Grandma for Supper

I dropped down in my office chair and opened my email. Every day I looked forward to hearing from my daughter Tammie. Her messages never failed to be full of interesting observations and descriptions of life at grad school in Ann Arbor, Michigan.  My daughter’s undergrad school had been a short, two-hour drive from home. When she decided to earn a master’s degree in library science, she insisted on going to the University of Michigan as one of the best in the United States.

That afternoon, her message described an international foods night at her co-operative house. She said, “I loved trying all the different foods, but one of the drinks offered was rose water. Mom, I took one sip, but couldn’t finish it. The drink made me feel as though I was drinking Grammie!”

I laughed. It was understandable that she associated my Mom with roses.

Grammie wore dresses that were rose-colored, shared bouquets of roses from her flowerbed with us and always smelled like roses. My daughters loved her. With her love of roses, it was easy for my family to buy Mom Mother’s Day gifts. Each year we gave her rose-scented body lotion, rose-scented candles and rose bushes from the greenhouse to replace the ones our Wisconsin winters killed. The mere smell of roses made everyone think of her.

When Tammie and her sister were four and eight years of age, my husband and I were living on a farm. We occasionally invited my Mom to stay overnight with us after I took her for a day of shopping. I remembered how excited my daughters were when I told them that we were going to “have Grammie for supper.” They knew what I meant. It never occurred to us that ‘having Grammie for supper’ sounded cannibalistic.

When had I realized that phrase was strange? I remembered a day when I was about ten years old.

The school bus had come to a stop in front of my home and I hopped off to slowly walk toward the house. The fall day was warm. Bees buzzed around the purple asters in Mom’s flowerbed. I glanced at Uncle Auggie’s car parked to one side in the yard. From the orchard, I heard the lawnmower droning away. Nodding to myself I thought, “Yup. It’s Thursday. He almost always comes on Thursday evenings. When he’s done mowing, he’ll probably pick our raspberries.”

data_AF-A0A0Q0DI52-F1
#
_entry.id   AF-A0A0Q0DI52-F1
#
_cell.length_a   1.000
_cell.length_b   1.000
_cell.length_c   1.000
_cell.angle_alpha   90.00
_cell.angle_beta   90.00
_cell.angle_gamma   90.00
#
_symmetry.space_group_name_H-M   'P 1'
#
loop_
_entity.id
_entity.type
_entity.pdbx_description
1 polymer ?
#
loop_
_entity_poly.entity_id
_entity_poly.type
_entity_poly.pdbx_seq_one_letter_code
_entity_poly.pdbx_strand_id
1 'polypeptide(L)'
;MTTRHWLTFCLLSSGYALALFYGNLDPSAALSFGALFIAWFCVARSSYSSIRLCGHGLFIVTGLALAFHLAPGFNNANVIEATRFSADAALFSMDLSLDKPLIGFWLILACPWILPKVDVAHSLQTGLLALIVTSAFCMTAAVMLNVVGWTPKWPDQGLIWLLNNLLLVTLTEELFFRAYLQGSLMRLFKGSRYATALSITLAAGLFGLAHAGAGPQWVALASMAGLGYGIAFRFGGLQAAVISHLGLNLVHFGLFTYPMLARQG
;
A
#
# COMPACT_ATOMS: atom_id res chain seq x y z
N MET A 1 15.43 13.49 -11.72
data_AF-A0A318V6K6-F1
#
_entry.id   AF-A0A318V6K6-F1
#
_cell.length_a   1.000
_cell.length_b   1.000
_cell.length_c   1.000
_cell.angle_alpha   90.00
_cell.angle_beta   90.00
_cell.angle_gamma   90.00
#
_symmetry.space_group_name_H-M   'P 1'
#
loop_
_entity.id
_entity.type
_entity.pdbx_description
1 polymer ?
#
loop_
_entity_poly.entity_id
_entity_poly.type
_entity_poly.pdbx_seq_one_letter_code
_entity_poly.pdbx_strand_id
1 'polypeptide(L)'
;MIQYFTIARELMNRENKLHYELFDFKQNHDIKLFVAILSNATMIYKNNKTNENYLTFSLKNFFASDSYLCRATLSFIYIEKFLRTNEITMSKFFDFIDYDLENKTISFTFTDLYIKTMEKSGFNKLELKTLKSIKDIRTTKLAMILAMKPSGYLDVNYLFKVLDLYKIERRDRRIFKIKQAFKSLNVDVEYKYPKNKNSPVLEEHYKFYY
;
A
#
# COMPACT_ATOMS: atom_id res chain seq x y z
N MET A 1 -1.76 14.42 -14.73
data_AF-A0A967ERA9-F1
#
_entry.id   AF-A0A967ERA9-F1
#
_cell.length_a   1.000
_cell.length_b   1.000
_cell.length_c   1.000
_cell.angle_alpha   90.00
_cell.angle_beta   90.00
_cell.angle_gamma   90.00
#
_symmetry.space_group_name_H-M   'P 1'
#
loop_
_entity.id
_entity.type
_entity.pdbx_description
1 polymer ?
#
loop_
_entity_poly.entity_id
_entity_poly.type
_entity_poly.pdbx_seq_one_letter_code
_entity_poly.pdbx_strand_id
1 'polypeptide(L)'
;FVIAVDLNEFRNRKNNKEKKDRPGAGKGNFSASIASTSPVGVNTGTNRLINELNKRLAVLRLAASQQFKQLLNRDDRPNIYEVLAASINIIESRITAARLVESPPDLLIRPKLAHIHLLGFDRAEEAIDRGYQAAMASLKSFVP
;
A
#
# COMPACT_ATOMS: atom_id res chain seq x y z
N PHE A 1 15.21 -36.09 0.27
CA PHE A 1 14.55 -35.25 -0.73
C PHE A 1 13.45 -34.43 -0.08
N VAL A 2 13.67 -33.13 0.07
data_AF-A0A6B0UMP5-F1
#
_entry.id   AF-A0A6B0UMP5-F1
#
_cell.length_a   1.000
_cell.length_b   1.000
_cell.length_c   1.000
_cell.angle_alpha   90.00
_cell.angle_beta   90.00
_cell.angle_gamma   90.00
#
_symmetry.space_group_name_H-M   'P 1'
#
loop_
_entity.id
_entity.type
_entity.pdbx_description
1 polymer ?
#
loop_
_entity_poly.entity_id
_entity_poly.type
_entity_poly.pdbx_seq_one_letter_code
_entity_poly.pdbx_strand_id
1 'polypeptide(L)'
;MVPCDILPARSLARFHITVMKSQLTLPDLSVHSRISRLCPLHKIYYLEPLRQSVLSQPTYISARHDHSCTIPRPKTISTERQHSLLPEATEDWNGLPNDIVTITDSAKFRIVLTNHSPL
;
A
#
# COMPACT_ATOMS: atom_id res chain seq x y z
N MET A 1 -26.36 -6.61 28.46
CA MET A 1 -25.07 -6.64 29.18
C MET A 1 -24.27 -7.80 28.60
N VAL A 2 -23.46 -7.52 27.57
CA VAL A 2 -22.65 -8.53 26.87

Slamming the screen door behind me as I entered the house, the smell of cooking supper drew me toward the kitchen. Looking over her shoulder, Mom greeted me with the comment, “When you set the table, be sure to set an extra place. We’re having Auggie for supper.”

Grinning, I remembered another time when the phrase, “We’re having Grandma for supper” took on a whole new meaning. While Arnie and I were living on the farm, one of our cows in the barn named Daisy was an excellent milker. She’d had several calves and through the years as she aged, everyone started to call her ‘Grandma’.

One day as Grandma was walking into the barn, her hooves slipped on the wet concrete floor and she fell. After making a few unsuccessful tries to get up, she stayed down, chewed her cud and looked around with an apparent lack of concern.

We called the veterinarian. After a quick examination he informed us that she had a broken hip. A quick decision had to be made; cows must stand to be milked, plus she would soon deteriorate. Arnie stood staring at the content cow for several minutes. In turn, I stood staring at Arnie. Finally, my husband turned and looked at me and spoke a one-word question, “Hamburger?” I nodded. Grandma didn’t seem to be in pain.

Other than the tenderloins, the entire cow we called Grandma was turned into hamburger. Her meat was very low fat but was the tastiest hamburger I’ve ever eaten. For the following year I often told my family, “We’re having Grandma for supper.” For a change Grandma really was on the menu.

The topic of having “Grandma for supper” came up again last week. Tammie and I were watching a cake baking show on television. One of the contestants told the judge she used rose water to flavor her cake. Hearing that triggered my memory of my daughter’s long-ago email about the rose water she couldn’t bear to drink in grad school.

Tammie remembered, too. She exclaimed, “Having a rose flavored cake doesn’t sound good to me!” Shivering, she added, “If she trims the cake with pink butter cream roses, it really would be like having Grandma for supper.”

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